Building bridges

It is Friday, May 13, MESA Day at Portland State, and groups of middle and high school students chatter on the steps outside the Stott Center, some holding posters, others clutching balsa bridges or odd-looking model vehicles.

MESA – Math, Engineering and Science Achievement – is a program encouraging underrepresented students to pursue college math, science, engineering and computer science.

“We get students excited about science and engineering,” says Carla Faini, Ph.D., director of Oregon MESA. “MESA students meet weekly at their schools with an advisor. College students and professors help out, too.”

“And we have the big events, like MESA Day,” she continues. “Science fairs, field trips to colleges, industry site visits, and SAT prep classes.”

Created 35 years ago in California, there are now MESA USA chapters in 11 states, as well as a waiting list of states that want a program. Chapters are anchored at a four-year college or university. In Oregon, MESA’s home is the Maseeh College of Engineering and Computer Science.

“The kids are amazing,” says Jane Van Dam, a seventh grade science teacher and MESA coordinator at Portsmouth. “I get to come to work and have fun at the same time.”

“MESA Day is fun! We get to practice engineering,” says one Portsmouth student. “We get out of school for a whole day!” adds another.

Inside the Center, a gym is cordoned off for MESA challenges. Maps point the way to “Bridge Testing” and “Trebuchet” areas. A sign reads, “Sail Car Judging.”

“The sail cars are our on-site design competition,” says David Coronado, program coordinator for Oregon MESA. Each team gets a bag of identical items and has 50 minutes to build a powered vehicle.

“There’s a small engine in the bag, but no wires,” he explains. “There’s foil, though. They have to figure out that the foil can be used with the battery to power the car.”

In another event, students build cars powered by a mousetrap. The cars are tested for velocity and for their ability to climb a 30-degree ramp.

The front doors open, and students begin spilling into the Stott Center. Once registered and outfitted in blue MESA T-shirts, they’re ushered onto the bleachers, creating a gorgeous sea of faces.

Trinidad Alvarez, a senior, anchors the Jefferson High School team. “I’m here for the bridge competition,” he says. “I won the last two years, and I’m going for three.”

He displays a balsa model about a foot long. “There are size and structure limits,” he explains, “and rules about design.”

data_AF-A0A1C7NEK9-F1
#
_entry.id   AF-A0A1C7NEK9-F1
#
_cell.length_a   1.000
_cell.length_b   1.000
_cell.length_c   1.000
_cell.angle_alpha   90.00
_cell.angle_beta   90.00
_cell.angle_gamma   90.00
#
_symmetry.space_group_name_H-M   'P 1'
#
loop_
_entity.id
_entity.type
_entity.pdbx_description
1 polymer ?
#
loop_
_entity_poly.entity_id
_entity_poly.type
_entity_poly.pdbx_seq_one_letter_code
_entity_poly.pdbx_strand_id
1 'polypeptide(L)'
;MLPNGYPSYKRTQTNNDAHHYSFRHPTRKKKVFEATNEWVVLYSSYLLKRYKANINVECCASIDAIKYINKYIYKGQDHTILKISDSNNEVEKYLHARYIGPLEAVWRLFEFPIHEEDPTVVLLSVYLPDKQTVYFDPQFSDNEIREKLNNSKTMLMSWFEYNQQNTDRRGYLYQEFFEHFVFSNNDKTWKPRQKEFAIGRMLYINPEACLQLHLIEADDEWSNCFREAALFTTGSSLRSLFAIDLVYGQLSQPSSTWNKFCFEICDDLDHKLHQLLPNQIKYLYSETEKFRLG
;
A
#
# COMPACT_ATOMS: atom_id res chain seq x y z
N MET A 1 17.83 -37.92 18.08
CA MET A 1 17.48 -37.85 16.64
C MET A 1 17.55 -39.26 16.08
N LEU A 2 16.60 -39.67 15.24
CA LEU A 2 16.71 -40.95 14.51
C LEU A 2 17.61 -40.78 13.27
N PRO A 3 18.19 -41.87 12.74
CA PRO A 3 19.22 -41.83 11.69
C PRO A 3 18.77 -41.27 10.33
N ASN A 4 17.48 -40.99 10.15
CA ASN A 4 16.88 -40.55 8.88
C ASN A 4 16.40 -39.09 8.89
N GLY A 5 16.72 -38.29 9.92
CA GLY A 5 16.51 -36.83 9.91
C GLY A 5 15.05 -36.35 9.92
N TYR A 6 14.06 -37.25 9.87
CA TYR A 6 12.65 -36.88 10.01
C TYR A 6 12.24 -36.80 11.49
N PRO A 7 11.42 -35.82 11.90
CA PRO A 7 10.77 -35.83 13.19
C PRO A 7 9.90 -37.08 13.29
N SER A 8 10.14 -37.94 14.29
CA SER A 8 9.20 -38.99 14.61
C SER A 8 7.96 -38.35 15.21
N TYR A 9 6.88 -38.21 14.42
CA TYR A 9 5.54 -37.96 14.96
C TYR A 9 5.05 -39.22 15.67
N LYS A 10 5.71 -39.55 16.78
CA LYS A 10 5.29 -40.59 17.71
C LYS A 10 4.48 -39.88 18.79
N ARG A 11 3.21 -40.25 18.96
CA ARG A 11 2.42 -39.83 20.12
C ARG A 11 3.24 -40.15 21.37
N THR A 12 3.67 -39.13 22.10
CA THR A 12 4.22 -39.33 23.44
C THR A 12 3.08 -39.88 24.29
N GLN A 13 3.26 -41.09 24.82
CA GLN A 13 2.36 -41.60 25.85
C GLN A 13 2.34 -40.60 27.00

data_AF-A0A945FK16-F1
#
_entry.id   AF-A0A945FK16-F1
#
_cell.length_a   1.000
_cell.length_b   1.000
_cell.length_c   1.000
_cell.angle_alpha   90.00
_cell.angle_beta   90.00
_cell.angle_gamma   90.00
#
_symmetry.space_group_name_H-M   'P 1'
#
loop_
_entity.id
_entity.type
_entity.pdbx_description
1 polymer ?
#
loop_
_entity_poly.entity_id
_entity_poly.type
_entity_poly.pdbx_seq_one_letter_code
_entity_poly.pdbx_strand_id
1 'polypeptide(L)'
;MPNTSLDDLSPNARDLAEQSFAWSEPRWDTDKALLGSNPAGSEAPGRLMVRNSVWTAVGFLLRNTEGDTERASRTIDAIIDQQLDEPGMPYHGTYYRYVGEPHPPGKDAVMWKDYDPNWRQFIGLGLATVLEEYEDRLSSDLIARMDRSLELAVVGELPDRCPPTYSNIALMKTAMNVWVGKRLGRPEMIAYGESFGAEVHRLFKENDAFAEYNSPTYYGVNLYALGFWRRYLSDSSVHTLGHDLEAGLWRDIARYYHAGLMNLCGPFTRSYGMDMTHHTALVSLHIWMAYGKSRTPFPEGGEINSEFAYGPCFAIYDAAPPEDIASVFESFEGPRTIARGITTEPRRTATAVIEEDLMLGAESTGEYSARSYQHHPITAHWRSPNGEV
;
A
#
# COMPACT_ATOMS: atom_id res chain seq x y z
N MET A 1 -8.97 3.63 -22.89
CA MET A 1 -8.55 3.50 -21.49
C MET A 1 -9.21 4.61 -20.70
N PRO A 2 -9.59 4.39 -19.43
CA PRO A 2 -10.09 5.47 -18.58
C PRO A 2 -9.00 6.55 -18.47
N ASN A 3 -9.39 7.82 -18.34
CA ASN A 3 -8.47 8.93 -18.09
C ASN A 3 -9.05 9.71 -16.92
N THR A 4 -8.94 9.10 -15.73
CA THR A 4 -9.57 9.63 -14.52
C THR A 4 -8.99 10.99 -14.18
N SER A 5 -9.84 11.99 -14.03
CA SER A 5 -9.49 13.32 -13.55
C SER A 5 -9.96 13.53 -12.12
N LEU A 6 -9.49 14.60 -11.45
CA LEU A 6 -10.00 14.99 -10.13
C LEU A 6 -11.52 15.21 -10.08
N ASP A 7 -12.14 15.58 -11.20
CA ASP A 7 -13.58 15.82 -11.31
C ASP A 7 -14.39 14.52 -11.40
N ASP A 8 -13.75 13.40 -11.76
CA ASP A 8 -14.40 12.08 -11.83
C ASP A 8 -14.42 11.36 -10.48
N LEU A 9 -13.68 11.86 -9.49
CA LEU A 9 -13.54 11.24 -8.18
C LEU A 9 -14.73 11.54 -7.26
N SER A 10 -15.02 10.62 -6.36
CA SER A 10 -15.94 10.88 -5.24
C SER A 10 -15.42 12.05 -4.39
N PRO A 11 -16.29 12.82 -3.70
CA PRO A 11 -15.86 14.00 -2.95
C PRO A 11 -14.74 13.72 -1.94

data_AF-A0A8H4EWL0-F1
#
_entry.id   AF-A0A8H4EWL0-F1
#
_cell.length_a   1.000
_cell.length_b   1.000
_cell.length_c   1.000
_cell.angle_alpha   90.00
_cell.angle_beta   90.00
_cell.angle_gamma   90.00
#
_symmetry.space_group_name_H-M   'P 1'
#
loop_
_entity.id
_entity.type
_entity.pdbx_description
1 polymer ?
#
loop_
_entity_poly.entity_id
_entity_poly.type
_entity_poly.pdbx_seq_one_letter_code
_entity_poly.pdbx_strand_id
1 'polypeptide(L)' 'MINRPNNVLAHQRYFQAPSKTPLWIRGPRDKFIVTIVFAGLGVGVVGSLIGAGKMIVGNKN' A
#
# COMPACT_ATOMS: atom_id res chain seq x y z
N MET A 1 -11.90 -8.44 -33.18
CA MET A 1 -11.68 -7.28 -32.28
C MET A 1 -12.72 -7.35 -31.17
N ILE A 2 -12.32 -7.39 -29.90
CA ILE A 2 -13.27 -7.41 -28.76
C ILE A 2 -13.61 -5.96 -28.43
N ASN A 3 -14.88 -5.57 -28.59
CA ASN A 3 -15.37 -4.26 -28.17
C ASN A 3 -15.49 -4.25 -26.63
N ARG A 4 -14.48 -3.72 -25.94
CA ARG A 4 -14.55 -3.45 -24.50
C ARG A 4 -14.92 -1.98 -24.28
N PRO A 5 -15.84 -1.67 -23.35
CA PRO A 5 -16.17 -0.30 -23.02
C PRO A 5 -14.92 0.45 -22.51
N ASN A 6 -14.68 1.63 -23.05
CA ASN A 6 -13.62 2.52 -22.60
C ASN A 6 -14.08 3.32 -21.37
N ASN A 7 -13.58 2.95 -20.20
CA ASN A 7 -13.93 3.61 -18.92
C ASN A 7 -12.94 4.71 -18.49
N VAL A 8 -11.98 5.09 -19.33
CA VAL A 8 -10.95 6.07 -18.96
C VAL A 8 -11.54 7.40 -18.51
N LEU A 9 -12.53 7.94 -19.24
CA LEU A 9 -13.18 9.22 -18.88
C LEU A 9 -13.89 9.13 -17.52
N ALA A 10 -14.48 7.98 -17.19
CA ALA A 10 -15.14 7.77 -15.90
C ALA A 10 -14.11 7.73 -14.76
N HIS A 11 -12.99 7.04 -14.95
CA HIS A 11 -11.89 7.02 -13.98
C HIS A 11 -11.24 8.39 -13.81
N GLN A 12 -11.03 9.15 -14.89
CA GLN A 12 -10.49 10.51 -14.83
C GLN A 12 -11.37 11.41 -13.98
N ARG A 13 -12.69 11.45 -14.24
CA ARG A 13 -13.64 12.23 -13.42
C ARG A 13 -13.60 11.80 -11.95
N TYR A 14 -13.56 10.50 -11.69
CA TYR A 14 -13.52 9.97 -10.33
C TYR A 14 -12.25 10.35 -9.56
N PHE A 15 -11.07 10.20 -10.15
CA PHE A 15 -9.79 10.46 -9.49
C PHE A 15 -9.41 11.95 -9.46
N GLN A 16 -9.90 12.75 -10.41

“My first bridge took 107 pounds,” he says proudly. “Last year’s took 250.”

Alvarez is clearly a legend among the MESA group, and many students steal a look at his bridge. A blue-shirted adviser points at it and shouts over the crowd to a student, “You should take a look at this! Get ideas for next year!”

Alvarez has received early admission to Oregon State University’s engineering school for Fall 2005.

Stephanie Hughson, a Jefferson junior, is here for the math. “They give us different math problems,” she says. “We solve them as a team. I love the challenge.”

“It’s a great program,” their advisor, Daniel Motta, says. “I watch the kids building something, testing it, trying it, trying it again.” He smiles. “They learn a lot that they’ll end up using in life.”

The third Jefferson team member is Jay Ferguson, a sophomore.

“Jay’s our idea man,” Motta says. “He can look at things and tell when something’s wrong.”

Undoubtedly a critical skill for a future engineer or scientist.

At 9:45 a.m., Carla Faini steps up to the podium, says good morning and introduces Daniel Bernstine, President of Portland State University.

“College is life-changing, Bernstine says. “It goes a long way toward creating your future.”

Bernstine is followed by Marcia Fischer, assistant dean of the Maseeh College of Engineering and Computer Science.

Fischer announced a new scholarship at the event. Any Portland-area student who participates in MESA through high school and then comes to PSU and enrolls in an engineering or computer science major will receive an award of $1000 per year.

“We hope this incentive helps you stay on this path through high school,” Fischer says.

The MESA “Nationals” are in Irvine, Calif., this year. Today’s two winning teams will earn an all-expense-paid trip to the event, with a side-trip to Disneyland.

In Science Building I, site of the bridge competition, students mill around, clutching bridges and filling out paperwork. Alvarez and his team are already there.

Three small boys point toward Alvarez. “That’s him,” one boy says. “He’s won two years.” They gaze at Alvarez and his bridge with thinly disguised awe.

Asked whether the students are open about their design details or keep everything secret, Motta replies, “Today they’ll be forthcoming, because it’s too late to make any changes. Up until now it’s been very secretive.”

Alvarez is all business, all concentration, watching as the test device is set up and calibrated.

Each bridge is tested alone in a pneumatic MTS (Material Test System). One student calls it “The Bridge-Squisher.”

The MTS applies pressure to each bridge in pounds per square inch, increasing until the bridge collapses. A monitor shows graphic and digital readouts.

The first contestant steps up, holding a delicate-looking bridge with a long arch. The bridge manages 21 pounds per square inch before a sharp crack is heard and the structure crumbles. It’s only balsa, after all.

Alvarez is second. He approaches the MTS and hands over his bridge.

“Confidence is high,” says Ferguson, clapping Alvarez on one shoulder.

Silence falls over the room as the pressure mounts. Ten pounds, 20, 50, 110, 180, 200 … .

The bridge takes 225 pounds per square inch before giving way. Alvarez pumps his fist into the air. “Yes!”

The next future engineer approaches the MTS, bridge in hand.